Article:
ASQ - Team and Workplace Excellence Forum

September 1999

Articles

Not So Common Sense

Establishing Teams: The Agony And Ecstasy

CEOs Have Little Control Over Bottom Line

Older Vs. Younger

Drum Roll Please



Columns

A Conference For, By And At The People
by Peter Block


Features

Brief Cases

Diary of a Shutdown

Views for a Change

Pageturners

 
Brief Cases
Business Briefs

Job Market Doing Well
The end of the year has traditionally been a slow time for hiring new employees. However, results from the latest Employment Outlook Survey conducted by Manpower in Milwaukee indicates that we're in the middle of the longest steady hiring streak in 20 years. While the percent of companies planning to hire is down by 2 percent from three months ago, the job market looks better than it did third quarter. Of nearly16,000 U.S. companies surveyed, 30 percent say they will hire more employees. Only 8 percent plan cutbacks, while 58 percent will remain at their current staff levels. Jeffrey Joerres, CEO of Manpower, says "We haven't seen an unbroken (hiring) trend of this length since the 1976-79 period."



Compensation Online
Now more than ever, personalized communication regarding employees' compensation and benefits is being handled online. Employers find that providing personalized statements help their employees appreciate the concept of total compensation, and online is an easy way to do it. Over 75 percent of companies polled currently communicate with employees via corporate intranets or the Internet. Almost half of the other respondents said they plan to implement use of online communication within the next 18 months. Even with all of this electronic communication, three quarters of employers still use printed materials as a backup. These results were collected from a survey by Aon Consulting, a world-wide consulting firm.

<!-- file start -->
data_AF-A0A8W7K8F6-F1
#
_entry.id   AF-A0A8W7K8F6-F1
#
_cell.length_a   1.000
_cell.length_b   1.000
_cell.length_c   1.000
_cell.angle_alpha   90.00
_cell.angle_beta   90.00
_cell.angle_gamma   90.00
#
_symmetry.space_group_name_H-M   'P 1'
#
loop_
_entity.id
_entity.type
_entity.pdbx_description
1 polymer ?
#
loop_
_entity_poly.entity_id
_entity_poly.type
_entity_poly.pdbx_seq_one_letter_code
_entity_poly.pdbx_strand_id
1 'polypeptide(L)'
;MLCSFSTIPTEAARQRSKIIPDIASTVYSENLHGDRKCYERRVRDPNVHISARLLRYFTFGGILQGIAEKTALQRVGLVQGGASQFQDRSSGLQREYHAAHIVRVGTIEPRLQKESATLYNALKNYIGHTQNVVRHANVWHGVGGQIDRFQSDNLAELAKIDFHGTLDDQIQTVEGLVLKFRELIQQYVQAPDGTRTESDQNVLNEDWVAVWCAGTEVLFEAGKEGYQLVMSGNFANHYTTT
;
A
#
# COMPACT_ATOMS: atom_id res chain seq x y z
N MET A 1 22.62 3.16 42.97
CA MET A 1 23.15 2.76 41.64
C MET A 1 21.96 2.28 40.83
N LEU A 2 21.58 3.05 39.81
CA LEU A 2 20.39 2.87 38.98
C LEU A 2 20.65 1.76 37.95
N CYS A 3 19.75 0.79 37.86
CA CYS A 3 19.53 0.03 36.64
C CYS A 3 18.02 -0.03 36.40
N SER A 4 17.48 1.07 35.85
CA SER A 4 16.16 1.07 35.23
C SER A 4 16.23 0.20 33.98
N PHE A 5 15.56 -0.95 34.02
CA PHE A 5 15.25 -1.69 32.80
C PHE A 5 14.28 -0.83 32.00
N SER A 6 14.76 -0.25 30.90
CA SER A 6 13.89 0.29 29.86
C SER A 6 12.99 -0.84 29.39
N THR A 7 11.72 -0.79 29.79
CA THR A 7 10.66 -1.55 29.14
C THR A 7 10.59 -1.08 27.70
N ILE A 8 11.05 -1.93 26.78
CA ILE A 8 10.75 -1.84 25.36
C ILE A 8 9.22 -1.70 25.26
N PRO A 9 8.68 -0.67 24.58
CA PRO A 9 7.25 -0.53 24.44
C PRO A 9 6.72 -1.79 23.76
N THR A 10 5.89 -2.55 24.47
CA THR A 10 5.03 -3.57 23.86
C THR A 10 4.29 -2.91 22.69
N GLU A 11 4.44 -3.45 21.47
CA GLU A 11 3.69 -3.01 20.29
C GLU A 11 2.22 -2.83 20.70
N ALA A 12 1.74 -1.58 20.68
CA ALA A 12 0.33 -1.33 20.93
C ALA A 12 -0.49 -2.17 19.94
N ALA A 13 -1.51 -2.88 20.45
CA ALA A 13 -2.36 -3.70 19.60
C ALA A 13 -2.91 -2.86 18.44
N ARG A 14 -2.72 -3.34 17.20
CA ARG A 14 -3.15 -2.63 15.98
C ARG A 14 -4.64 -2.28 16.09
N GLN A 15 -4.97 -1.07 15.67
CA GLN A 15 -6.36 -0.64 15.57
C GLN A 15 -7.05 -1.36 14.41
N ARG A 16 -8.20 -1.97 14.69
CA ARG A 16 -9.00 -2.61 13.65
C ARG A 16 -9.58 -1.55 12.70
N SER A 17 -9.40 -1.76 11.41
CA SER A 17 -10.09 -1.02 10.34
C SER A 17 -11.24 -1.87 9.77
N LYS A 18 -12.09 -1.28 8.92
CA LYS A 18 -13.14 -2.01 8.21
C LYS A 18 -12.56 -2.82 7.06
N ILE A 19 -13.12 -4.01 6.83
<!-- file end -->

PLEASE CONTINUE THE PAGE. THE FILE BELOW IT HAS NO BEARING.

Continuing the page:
Anger in the Workplace
What infuriates you at work? Is it your boss, coworkers, too much paperwork? Nearly 25 percent of the respondents in a recent nationwide Gallup poll of 1,000 adults age 18 or older who were working part- or full-time said that they are "generally at least somewhat angry at work." Authors of the study don't find the results too shocking though, considering the recent cases of workplace rage around the country. Eleven percent of those polled claimed that the cause of their anger at work was the actions of managers or supervisors. Other, less common responses included coworkers, too much work, tight deadlines and dealing with the public. "In an environment where you think people are satisfied with their jobs," says Donald Gibson, co-author of the study, "there is a sort of undercurrent of anger and resentment aimed at the workplace that could potentially lead to the kinds of explosions of rage we have seen. "While the majority of employees are able to keep their anger in check, this underlying frustration can lead to a decline in productivity.
September '99 News for a Change | Email Editor
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